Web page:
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May 30, 2023

It May Look Like A Brute, But The Next-Generation Ford Ranger Raptor Cuts The Air Better Than Before

From its bold F-O-R-D grille to its strong shoulder line, the Ford Ranger Raptor surprisingly incorporates an aerodynamic design that helps it reduce drag improving its performance and efficiency.

To sculpt the truck’s shape, the Ranger Raptor underwent around 700 hours of virtual and physical aerodynamics testing with cutting-edge computational fluid dynamics able to test the effect of design changes almost instantly.

Designers and engineers also looked to an unlikely source for inspiration to manage airflow around the wheels—a major source of aerodynamic drag. The Ford Mustang shares little in common with the Ranger Raptor, but the pickup truck’s development team was influenced by techniques used by their U.S. counterparts to help manage efficient airflow around the wheels and wheel arches of the Mustang.

Aerodynamics has not always played an important part in the design of the Ranger Raptor or the rest of the Ranger family for that matter. However, as more and more customers choose pickups for work, family and play, designers have had to improve pickup design to match customer expectations on efficiency and refinement.

Now, the basic pickup shape is not the easiest to work with when it comes to refining aerodynamic efficiency. With large frontal areas, big open wheel spaces, a dual cab design that ends suddenly and an open load box, designers have a lot to overcome when designing a new pickup.

That has led engineers and designers to focus their attention on several key areas: creating air curtains around the front and rear wheels to reduce aerodynamic drag, tuning the C-pillar treatment to improve airflow above the load box, and shaped the box capping and tailgate spoiler to minimize drag from the wake.

Wheels are also a major source of aerodynamic drag, and though Ford could have easily draped them in physical curtains to get the air to flow around it, that would look dinky. So, the Ranger Raptor’s designers and engineers, looked at the Mustang and its air curtains to develop a clever way of shaping the vehicle’s fog lights to create front wheel aero curtains.

The front bumper and fog lamp bezel were shaped to channel air flow around the front wheels which does two things. It helps to relieve some of the high pressure on the front of the vehicle which reduces aerodynamic drag and also mixes this higher momentum air flow with the front wheel wake to reduce drag caused by the wheels.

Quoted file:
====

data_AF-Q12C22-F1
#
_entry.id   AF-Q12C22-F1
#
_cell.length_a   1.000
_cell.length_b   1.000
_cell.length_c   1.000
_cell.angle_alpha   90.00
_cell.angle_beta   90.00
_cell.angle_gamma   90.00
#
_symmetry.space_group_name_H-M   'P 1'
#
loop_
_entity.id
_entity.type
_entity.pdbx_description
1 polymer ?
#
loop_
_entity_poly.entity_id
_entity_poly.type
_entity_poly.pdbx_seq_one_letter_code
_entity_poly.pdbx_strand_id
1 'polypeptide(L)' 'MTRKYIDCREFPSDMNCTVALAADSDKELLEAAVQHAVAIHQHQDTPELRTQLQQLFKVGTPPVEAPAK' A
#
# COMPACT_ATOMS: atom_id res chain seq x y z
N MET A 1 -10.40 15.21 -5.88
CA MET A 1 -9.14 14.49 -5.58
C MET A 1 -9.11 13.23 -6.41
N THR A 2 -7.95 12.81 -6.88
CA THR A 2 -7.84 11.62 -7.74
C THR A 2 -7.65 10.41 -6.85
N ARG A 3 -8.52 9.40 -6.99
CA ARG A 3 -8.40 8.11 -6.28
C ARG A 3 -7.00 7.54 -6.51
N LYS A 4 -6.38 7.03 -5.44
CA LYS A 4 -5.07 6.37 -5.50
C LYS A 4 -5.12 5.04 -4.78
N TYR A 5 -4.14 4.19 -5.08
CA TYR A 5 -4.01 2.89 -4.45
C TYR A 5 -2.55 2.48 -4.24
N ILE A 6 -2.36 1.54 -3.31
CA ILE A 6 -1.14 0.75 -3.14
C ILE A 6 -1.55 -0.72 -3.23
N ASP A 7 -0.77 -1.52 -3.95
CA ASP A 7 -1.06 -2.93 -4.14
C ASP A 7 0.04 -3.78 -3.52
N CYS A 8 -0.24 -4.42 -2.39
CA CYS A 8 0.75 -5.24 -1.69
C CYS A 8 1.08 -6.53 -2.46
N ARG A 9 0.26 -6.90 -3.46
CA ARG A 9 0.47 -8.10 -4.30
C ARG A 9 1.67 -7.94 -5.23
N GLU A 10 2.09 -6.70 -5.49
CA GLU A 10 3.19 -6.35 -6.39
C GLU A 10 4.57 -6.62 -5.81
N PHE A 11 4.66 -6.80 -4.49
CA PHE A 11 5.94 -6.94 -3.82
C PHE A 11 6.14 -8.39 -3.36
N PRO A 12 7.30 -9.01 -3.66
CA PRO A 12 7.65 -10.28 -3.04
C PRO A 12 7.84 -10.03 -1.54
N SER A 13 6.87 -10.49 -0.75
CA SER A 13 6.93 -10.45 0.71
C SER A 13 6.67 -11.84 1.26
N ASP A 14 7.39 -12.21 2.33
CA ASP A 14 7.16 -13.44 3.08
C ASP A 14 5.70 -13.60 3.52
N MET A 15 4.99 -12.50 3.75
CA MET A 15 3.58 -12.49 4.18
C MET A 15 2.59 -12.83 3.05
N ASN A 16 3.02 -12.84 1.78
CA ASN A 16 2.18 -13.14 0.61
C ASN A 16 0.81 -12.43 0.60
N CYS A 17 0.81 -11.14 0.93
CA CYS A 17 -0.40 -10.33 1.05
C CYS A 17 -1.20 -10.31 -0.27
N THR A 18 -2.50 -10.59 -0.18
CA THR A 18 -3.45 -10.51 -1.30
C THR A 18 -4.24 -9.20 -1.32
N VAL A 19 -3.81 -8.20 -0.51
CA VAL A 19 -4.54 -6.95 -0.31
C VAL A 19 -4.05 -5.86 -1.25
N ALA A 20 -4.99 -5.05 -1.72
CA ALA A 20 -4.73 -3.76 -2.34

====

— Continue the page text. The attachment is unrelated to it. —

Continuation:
Managing the air flow around the wheels is critical to improving aerodynamic efficiency, whether the vehicle is designed for performance, urban, or utility usage. On the Ranger, in addition to air curtains, they developed tire spoilers ahead of the rear wheels to effectively reduce the bluffness of the rear tires and minimize the potential of the airflow to impact on the rear suspension and the box step.

Ensuring the load box is aerodynamic as possible, the team worked on the shape of the C-pillar, box capping, and tailgate spoiler to improve airflow characteristics above and around the load box.

Managing the flow of air above the load box has an impact on vehicle aerodynamics. The pickup shape dictates that you have a large recirculating flow in the cavity above the tray. By carefully tuning the roof and C-pillar geometry to interact with the box capping and tailgate spoiler shape, Ford was able to manipulate the extent of the recirculation and the shape of the wake behind the truck and reduce aerodynamic drag.

Despite its bold front end and wide wheel arches, the overall drag force of the new Ranger Raptor has been slashed by an impressive 3 percent. While this improves road holding and helps to reduce wind noise in the cabin it also improves efficiency; a three percent reduction in drag at highway speeds equates to a one percent improvement in fuel efficiency.

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